Josie Taylor | June 8, 2022
Corn farmers have gone from at least two weeks behind schedule to three days ahead, according to a new U.S. Department of Agriculture report on Monday. After early delays, there has been a successful rush to plant.
That report estimated that 98% of Iowa’s corn crop and 94% of soybeans have been planted, which compared to the five-year average is three days ahead for corn and six days ahead for soybeans.
A rush in planting means farmers’ concerns have expanded. They’re determining when to apply their first herbicides, checking for pests and contending with varying weather conditions since the timeline is different from past years.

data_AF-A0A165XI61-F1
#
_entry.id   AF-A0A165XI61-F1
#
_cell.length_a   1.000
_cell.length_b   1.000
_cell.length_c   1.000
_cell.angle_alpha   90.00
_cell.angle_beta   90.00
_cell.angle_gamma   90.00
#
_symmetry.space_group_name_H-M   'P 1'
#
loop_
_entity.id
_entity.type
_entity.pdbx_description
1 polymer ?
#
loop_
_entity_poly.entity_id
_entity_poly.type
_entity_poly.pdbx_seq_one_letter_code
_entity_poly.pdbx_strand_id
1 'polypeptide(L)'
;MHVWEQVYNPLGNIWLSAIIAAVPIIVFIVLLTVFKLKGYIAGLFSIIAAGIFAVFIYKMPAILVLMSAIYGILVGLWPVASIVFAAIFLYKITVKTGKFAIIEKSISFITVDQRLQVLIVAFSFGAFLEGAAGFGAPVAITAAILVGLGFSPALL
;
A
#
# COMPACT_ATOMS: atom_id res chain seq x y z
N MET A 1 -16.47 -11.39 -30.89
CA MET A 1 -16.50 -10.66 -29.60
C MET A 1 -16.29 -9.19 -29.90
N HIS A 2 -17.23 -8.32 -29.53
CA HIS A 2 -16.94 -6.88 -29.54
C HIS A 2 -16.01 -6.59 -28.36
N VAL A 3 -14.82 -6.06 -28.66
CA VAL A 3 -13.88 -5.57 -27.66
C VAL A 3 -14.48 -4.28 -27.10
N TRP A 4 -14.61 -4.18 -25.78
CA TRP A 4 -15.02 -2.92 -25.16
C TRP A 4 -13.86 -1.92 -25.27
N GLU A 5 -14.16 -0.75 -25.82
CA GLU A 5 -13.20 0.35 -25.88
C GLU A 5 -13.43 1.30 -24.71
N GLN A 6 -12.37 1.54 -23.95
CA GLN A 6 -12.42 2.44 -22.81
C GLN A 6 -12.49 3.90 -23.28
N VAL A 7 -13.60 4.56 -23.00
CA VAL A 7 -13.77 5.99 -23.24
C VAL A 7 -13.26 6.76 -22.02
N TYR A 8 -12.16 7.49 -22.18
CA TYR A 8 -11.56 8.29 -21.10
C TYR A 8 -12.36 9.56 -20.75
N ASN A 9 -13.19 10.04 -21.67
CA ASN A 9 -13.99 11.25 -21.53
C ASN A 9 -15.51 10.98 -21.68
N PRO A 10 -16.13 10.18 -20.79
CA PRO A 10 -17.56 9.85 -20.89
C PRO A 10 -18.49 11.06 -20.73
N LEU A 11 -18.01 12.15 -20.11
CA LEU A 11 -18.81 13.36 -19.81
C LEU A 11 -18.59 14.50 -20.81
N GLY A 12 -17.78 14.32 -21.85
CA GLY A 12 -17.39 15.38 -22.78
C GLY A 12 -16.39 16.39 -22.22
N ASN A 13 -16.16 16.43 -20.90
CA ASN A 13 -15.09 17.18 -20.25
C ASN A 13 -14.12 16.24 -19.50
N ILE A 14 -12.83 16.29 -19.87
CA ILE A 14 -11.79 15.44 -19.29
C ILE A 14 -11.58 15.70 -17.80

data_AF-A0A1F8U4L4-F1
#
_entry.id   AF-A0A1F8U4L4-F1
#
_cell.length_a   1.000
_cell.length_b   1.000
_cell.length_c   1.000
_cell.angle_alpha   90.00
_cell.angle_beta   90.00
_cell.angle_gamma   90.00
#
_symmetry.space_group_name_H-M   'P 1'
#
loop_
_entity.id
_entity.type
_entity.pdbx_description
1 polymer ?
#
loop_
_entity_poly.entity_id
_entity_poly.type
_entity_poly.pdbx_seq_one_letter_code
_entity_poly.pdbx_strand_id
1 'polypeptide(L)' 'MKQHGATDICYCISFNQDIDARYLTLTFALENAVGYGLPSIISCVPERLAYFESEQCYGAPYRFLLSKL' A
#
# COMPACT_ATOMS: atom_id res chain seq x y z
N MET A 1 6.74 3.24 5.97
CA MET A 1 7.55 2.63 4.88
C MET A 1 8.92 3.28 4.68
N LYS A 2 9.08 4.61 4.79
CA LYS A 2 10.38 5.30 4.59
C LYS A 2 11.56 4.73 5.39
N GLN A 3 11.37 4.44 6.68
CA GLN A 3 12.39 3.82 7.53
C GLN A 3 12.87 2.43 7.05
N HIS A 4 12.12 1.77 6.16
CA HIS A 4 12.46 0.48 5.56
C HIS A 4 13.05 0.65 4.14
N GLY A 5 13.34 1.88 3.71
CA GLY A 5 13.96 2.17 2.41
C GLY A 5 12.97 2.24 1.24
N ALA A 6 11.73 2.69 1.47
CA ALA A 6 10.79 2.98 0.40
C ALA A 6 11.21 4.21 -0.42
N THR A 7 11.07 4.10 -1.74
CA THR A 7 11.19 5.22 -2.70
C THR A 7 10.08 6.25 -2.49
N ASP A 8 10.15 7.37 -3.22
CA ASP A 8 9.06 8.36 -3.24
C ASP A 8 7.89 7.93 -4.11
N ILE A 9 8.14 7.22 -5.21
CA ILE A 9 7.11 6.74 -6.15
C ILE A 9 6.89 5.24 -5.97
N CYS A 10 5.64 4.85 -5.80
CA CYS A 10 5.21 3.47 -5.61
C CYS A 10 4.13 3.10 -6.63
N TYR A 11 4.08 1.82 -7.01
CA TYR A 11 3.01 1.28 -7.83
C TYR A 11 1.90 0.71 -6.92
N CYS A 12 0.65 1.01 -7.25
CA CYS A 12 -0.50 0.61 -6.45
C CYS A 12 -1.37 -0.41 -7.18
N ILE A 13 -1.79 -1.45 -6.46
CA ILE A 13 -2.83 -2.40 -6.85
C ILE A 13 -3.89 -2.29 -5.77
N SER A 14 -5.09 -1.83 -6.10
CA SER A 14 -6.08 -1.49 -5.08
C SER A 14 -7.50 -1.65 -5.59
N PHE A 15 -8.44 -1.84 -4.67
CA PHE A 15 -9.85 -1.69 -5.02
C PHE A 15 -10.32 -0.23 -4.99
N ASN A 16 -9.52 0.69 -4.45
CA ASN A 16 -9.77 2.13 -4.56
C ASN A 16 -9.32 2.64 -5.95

As of Thursday, nearly three-quarters of the state was sufficiently wet to avoid designations of abnormally dry or drought. About 9% of the state was in moderate or severe drought, focused near Sioux City.
In a weekly report about farmers’ progress, Iowa Secretary of Agriculture Mike Naig noted severe storms damaged young crops last week.
Longer-term climate predictions say it will get drier this summer, and it’s likely for drought conditions to develop across much of Iowa, with the exception of far eastern parts of the state, according to the U.S. Drought Monitor.